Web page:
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No rest for Oakland drummer after Grammy win
OAKLAND -- Don't let his free spirit fool you. Thomas Pridgen is as hardworking and dedicated as you can get.The Oakland drummer is spearheading his own rock band after winning a Grammy Award in 2009 with the progressive rock band Mars Volta.
Though only 26 years old, his achievements date back over a decade. Pridgen's accomplishments extend on and off the stage. He has worked and recorded with more than 100 artists and producers since he was a teen.
He is a multigenre drummer who has pursued a wide range of roles -- from session drummer to musical director to drumming for gospel, rock and R&B bands.
Pridgen received his first drum set when he was 3 and hasn't put down the drumsticks since. He grew up in a single-parent home, in which his grandmother, Addie Thomas, took a dominant role in supporting his dreams of pursuing a drumming career. She took him to Berkeley Mt. Zion Baptist Church, where his love of drums took hold.
"My grandmother saw that I took an interest in playing the drums and she just nurtured it," he said. "And in the church everybody played the drums. I was 4, already taking lessons, and I would be there looking at all the people that could play. There was always an energy coming from music that I liked."
His focus intensified as he grew up, and with the help of his grandmother he began to study with a long line of professional drummers. One of his first teachers was Curtis Nutall, a session drummer
out of the Bay Area. Pridgen met Nutall at a Guitar Center Drum-Off competition in the East Bay in 1992, where Pridgen's grandmother reached out to him for lessons.
"He really wanted to win this drum competition," Nutall said. "He did the homework. He worked very hard. ... If I had one thing to say about him, he is a hard worker. I would show him something, and he would play it better then I did. He would take that idea and embellish it."
Pridgen won the Guitar Center Drum-Off when he was 9, and for the next couple of years he would record on various gospel records and train with a variety of mentors. Some of these stints included time with professional drummers Dennis Chambers and Walfredo Reyes Sr.
"I enjoyed coaching him, because he is himself," said Reyes, who has performed with Tony Bennett, Milton Berle, and Wayne Newton. "He has personality behind the drums. Tommy still comes around."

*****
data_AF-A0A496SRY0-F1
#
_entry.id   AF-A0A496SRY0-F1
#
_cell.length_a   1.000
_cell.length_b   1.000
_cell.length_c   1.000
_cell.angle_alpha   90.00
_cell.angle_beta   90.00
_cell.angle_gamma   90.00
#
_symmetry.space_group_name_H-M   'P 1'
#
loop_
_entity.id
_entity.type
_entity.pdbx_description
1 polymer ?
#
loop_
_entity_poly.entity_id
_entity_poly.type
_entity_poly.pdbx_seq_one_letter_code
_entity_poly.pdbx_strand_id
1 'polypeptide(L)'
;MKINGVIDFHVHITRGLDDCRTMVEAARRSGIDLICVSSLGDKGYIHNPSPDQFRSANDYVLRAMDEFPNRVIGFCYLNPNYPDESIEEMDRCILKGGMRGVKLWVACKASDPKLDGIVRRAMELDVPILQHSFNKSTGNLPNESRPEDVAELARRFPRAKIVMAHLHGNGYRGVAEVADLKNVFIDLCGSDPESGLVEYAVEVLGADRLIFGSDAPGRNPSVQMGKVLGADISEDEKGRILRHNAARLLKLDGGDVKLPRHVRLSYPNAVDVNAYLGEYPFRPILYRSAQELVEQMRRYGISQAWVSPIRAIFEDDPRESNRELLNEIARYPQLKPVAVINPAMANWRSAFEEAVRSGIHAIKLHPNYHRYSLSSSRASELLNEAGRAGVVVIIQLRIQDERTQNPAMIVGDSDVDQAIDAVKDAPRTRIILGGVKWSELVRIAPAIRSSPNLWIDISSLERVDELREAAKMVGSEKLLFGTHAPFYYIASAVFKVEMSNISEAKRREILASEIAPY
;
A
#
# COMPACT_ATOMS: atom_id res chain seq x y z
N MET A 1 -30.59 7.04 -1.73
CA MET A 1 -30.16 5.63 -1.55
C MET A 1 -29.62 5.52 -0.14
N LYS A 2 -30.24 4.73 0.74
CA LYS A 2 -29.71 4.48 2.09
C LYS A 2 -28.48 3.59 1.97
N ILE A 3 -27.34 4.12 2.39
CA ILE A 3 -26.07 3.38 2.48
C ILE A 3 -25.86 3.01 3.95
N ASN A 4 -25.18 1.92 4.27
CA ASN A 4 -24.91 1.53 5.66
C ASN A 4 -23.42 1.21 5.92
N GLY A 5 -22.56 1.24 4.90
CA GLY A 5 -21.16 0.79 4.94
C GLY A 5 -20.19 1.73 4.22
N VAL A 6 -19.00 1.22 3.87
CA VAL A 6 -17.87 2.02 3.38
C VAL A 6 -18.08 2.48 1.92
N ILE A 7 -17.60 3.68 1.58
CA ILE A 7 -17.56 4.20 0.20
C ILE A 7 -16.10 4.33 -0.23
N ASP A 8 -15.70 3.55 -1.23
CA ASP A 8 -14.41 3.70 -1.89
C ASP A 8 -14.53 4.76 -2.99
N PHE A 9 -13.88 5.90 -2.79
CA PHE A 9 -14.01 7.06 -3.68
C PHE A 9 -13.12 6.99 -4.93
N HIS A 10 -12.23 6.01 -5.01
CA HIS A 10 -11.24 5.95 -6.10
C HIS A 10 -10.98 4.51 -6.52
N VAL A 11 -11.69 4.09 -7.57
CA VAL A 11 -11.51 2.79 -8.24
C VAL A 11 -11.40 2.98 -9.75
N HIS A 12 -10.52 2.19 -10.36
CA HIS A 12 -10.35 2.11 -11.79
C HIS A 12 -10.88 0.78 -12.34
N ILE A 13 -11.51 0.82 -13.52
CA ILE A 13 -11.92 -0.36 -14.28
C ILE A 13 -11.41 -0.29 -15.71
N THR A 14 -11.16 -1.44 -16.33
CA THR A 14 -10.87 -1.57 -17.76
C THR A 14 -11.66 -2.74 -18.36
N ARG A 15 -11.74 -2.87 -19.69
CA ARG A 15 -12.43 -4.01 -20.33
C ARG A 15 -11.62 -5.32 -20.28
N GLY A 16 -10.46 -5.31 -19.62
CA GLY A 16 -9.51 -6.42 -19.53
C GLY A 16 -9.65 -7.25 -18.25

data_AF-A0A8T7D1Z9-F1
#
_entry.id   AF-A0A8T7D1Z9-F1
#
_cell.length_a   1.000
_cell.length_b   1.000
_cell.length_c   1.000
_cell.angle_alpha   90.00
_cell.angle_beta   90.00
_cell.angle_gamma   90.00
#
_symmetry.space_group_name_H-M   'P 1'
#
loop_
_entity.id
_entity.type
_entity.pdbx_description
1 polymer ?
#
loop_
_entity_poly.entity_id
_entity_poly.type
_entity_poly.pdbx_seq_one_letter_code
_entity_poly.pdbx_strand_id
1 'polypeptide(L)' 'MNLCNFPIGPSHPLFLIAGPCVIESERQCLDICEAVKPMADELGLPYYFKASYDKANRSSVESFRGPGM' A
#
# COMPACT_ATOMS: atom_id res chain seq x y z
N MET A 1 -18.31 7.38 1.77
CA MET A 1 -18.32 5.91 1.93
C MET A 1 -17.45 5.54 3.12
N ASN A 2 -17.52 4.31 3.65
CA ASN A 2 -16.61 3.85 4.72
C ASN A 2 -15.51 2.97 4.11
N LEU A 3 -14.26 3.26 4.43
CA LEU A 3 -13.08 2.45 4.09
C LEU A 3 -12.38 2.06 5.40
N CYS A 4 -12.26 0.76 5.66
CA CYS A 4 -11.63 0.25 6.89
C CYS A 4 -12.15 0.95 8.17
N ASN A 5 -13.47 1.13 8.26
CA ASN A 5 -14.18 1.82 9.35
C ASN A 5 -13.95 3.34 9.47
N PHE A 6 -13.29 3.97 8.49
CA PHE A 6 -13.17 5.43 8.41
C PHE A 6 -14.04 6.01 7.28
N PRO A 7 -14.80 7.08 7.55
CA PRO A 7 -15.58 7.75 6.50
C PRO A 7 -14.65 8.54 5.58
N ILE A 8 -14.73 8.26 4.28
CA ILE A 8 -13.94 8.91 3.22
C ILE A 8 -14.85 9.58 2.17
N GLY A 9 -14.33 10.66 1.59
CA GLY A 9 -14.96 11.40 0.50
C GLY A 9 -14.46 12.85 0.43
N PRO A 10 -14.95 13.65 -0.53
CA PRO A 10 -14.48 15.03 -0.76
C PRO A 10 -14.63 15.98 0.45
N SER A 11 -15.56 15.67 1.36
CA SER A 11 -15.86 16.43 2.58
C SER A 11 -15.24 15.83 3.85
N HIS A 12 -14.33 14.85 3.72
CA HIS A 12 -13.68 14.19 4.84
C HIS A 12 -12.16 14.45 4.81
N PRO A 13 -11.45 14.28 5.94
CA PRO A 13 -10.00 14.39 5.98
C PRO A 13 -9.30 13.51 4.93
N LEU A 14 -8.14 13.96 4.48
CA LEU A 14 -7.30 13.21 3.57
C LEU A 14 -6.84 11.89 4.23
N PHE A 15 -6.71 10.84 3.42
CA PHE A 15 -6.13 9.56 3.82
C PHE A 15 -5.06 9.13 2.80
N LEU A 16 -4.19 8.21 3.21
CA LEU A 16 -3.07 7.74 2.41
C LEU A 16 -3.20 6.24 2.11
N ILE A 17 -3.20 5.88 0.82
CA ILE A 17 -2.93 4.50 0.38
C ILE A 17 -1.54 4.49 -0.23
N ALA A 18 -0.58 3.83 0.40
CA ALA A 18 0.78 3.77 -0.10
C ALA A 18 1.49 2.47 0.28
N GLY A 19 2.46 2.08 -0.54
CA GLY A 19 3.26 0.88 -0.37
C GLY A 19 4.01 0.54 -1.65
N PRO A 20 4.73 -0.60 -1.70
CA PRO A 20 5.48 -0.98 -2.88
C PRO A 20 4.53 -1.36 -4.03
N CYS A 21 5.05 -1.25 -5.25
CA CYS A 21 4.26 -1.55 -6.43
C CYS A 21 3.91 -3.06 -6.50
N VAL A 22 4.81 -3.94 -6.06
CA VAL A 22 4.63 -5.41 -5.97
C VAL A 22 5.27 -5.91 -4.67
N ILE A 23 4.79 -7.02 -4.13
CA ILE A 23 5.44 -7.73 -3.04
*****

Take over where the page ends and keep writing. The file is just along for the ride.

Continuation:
Not long ago, "He showed up at my door and said 'Let's play.' We played for two hours," Reyes said.
Pridgen nurtured his talent by joining the Jazz Ensemble at Berkeley High School and started going on the road with a couple bands, including The Coup, a political hip-hop group. He earned a scholarship at Berklee College of Music in Boston while playing for the school band at the Monterey Jazz Festival.
"I used to see Berklee in all the drum magazines and I wanted to go there because all my idols went there."
He was at Berklee for two years before he decided to return home. He was the music director for R&B singer Keisha Cole and was a drummer for R&B singer Goapele, among others.
In 2006, he joined the Mars Volta, with whom he recorded two full records, toured the world and won a Grammy.
He left the group in November 2009 and a month later formed his own band, The Memorials, by reaching out to guitarist Nick Brewer of Charleston, S.C., who he met at Berklee College of Music, and singer/songwriter Viveca Hawkins of Berkeley, who he has known throughout his career.
"The challenges have been making it happen," Pridgen said about starting his new band. "But we have been having a lot of friends help us out and its been a smooth ride so far."
Brewer and Pridgen recorded the 13 songs of the band's debut record in seven days at Petting Zoo Recording Studio in North Oakland. Hawkins then came in and laid down vocals in the next couple of weeks.
"I had no idea what was going to happen, but we ended up making amazing music," Hawkins said about starting a band with Pridgen. "We work very well together."
The Memorials self-titled debut album is set to be released on the band's own label, Blood Thirsty Unicorn, in November.
After a decade of fine tuning his craft, Pridgen's hard work is starting to pay off.
"I'm not an overnight success," he said. "I have worked hard."